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New police K-9 ‘Rikkert’ on his way from The Netherlands
Rikkert, pictured here at 5 months old, is a Belgian Malinois dog en route to the United States from The Netherlands. Upon completing his training in San Antonio, the now-14-month-old will work for the Floresville Police Department with Sgt. Devin Keen as a dual-purpose K-9.
Wilson County NewsAugust 22, 2012 3,334 views 3 comments
FLORESVILLE -- It probably is safe to assume that Floresville’s newest police officer can run faster or jump higher than any of his counterparts. But unlike his brothers in blue, “Rikkert” won’t wear a uniform.
Rikkert is a Belgian Malinois dog that was due to arrive by Aug. 21 in Houston. He is coming from the city of Almelo in The Netherlands. Floresville Police Department Sgt. Devin Keen will become Rikkert’s handler.
Keen -- a 12-year department veteran -- initially planned to work without a K-9 partner for a few months so that he could grieve the loss of the department’s former K-9, Zorro, who lost his battle with cancer July 3. But recent interactions with suspects, and a conversation with friend and former K-9 officer Sgt. Randy Broom of the Wilson County Sheriff’s Office, convinced Keen to begin the search for a new partner.
“I’m ready to hit the streets hard,” Keen said. “We’ve got to keep [the K-9 unit] going. There’s no telling what will happen.”
Keen said the ongoing influx of temporary workers in South Texas because of the Eagle Ford shale oil and natural gas boom also has brought more drugs into Floresville. Some of the workers who have come in find it difficult to balance a full workday and a hard-partying nightlife, which can lead to methamphetamine abuse, he said.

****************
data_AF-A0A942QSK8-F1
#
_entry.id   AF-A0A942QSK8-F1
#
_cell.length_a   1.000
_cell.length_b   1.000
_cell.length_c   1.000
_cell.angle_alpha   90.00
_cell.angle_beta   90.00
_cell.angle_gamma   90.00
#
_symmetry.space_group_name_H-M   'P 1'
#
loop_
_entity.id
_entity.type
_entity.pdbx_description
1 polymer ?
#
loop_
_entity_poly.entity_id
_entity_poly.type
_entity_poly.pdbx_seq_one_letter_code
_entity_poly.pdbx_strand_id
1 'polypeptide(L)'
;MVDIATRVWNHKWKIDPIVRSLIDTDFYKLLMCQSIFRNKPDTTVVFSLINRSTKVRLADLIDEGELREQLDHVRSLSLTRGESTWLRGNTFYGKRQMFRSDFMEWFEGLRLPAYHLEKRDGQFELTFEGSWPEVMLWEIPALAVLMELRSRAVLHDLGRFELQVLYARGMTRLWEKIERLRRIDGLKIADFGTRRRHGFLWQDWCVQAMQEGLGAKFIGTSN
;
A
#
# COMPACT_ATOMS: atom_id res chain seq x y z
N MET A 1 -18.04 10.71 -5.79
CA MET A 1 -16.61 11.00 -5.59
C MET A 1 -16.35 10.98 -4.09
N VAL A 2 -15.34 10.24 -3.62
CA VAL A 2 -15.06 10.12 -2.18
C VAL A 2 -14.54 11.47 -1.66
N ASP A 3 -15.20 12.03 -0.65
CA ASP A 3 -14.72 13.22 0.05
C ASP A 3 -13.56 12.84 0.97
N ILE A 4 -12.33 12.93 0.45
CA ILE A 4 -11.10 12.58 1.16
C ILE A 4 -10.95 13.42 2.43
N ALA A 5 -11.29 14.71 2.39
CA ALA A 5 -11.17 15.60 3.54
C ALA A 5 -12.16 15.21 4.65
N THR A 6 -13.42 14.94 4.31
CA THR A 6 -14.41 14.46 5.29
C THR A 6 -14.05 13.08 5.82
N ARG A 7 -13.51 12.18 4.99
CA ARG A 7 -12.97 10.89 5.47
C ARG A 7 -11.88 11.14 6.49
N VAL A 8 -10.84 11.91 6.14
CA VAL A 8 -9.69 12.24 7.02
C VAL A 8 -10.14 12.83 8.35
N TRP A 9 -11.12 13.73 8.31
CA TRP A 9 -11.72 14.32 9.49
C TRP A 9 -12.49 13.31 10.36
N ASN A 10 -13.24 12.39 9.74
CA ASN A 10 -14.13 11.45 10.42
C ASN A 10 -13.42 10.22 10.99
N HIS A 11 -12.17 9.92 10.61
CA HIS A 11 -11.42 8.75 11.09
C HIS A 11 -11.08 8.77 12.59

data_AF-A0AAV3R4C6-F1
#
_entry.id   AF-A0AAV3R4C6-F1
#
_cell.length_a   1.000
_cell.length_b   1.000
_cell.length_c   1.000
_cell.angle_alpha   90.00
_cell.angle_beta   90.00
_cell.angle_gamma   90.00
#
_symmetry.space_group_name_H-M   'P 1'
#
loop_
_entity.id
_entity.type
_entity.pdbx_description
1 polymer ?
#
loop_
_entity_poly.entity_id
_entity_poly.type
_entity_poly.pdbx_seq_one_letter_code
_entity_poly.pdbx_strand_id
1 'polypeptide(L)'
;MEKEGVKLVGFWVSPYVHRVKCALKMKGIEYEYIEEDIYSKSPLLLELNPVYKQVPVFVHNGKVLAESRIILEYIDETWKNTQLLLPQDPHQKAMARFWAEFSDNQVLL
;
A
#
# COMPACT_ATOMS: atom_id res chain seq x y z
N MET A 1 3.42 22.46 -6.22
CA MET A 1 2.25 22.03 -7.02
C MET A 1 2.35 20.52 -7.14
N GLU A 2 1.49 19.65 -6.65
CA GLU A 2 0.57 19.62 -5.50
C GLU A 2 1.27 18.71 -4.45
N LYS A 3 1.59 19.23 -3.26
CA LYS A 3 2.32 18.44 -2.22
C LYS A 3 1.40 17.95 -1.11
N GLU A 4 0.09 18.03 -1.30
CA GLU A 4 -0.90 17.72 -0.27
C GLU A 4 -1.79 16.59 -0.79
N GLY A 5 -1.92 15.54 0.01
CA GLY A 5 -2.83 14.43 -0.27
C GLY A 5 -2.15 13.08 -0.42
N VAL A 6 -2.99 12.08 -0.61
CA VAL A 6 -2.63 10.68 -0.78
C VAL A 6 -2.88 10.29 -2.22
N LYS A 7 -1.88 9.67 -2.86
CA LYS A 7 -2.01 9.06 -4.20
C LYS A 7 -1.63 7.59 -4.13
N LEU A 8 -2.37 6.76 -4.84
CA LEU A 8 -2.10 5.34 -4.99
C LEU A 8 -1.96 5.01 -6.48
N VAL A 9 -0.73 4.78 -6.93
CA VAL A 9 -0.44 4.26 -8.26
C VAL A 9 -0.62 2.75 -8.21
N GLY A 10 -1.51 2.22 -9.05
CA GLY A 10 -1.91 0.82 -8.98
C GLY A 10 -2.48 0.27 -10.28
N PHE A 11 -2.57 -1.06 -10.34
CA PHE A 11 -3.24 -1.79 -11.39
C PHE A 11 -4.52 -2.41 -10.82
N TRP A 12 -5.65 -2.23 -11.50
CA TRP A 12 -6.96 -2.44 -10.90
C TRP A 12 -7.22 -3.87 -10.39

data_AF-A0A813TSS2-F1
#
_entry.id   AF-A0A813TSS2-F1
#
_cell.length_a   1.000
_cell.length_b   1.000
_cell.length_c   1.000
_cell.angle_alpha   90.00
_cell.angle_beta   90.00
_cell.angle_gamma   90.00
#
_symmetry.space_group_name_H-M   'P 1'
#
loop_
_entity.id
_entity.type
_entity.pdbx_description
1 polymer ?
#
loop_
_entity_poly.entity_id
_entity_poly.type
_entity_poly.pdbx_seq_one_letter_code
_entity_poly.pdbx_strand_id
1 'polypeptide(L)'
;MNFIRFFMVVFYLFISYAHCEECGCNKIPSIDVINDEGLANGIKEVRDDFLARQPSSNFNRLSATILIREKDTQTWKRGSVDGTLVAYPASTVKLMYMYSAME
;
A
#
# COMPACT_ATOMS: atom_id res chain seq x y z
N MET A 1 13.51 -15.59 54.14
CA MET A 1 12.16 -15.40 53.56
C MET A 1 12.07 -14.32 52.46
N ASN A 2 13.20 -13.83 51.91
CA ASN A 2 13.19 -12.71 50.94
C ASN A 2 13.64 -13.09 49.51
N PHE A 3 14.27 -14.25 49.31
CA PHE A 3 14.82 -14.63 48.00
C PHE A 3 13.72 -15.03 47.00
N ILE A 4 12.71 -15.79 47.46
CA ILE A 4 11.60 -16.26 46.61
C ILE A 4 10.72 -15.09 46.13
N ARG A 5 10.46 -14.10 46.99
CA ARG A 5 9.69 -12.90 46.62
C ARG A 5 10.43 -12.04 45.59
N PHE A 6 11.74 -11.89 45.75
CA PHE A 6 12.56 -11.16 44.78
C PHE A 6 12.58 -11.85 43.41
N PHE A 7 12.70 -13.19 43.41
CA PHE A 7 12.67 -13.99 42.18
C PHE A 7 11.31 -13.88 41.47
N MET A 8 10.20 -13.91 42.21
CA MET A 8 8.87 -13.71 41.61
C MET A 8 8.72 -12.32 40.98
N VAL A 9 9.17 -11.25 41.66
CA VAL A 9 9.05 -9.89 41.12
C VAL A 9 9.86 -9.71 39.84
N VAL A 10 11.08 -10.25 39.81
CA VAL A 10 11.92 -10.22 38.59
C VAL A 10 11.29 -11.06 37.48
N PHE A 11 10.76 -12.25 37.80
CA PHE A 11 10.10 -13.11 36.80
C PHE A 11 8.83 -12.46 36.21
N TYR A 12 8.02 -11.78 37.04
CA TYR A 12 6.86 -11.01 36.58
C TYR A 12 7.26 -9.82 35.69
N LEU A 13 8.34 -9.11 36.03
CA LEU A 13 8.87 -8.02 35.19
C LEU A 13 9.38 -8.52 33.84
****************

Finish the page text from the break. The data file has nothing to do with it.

Like Zorro, Rikkert is being trained to serve as a dual-purpose police K-9. In addition to being able to alert his handler to the presence of illegal drugs or contraband, a dual-purpose dog also can protect an officer and assist in the apprehension of a suspect.
Robert Gonzalez of Choice Dogs International in San Antonio trained both Zorro and his predecessor, Don. He will begin a six- to eight-week training regimen with Rikkert when the dog arrives stateside. He said Rikkert already has begun preliminary training known as KNZP, which is a dog sport used in police certification in The Netherlands. But under Gonzalez’s tutelage, Rikkert will be trained in bite work, building searches, apprehension, evidence searches, and narcotics detection.
Unlike previous K-9 training methods that involved a dog barking or scratching at an area where drugs or contraband are hidden, Gonzalez said Rikkert will be trained to be a “passive sitting dog,” learning to seat himself in the areas where items are being concealed.
“After that, we will do maintenance training for at least a year in Floresville,” Gonzalez said. “This will keep the dog working at an optimal level at all times.”
Gonzalez is a retired K-9 handler from New Mexico. He previously worked for the U.S. Department of Justice and U.S. Customs and Border Protection. Gonzalez acknowledged that a K-9 unit is vital to the region if Floresville does not want to lose its footing in Texas’ war against illegal drugs.
“The area is a corridor known for money going south [to Mexico] and drugs coming north,” he said.
Gonzalez, because he and Keen have known each other for several years, said he was able to find a dog that would be a good fit for the sergeant.
“I know what he likes in a dog,” Gonzalez said. “It takes a handler that knows mentally how to handle a dog, someone who thinks with and ahead of the dog.”
In addition to being an officer’s partner, a police K-9 also can serve as protection in tense situations. Gonzalez, who worked 10 years on a SWAT team, recalled a time when his service dog prevented him from being shot.
“The dog saved my life,” Gonzalez said. “Just when the suspect raised his gun and fired the shot, the dog engaged him.”
Because they are such invaluable tools to police departments worldwide, Belgian Malinois K-9s are a costly investment. Gonzalez said departments can expect to pay $10,500 to $15,000 per dog.
Fortunately though, Floresville’s taxpayers will not feel the bite. Keen’s first K-9, Don, died of a sudden illness at age 3. Donations paid for Zorro, which the Floresville Police Department insured. The policy not only paid for Zorro’s cancer treatment, but also paid the department $14,500 upon his death in July. That payment allowed the department to purchase Rikkert.
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August 26, 2012 10:28pm
August 26, 2012 4:08pm
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August 23, 2012 10:27am
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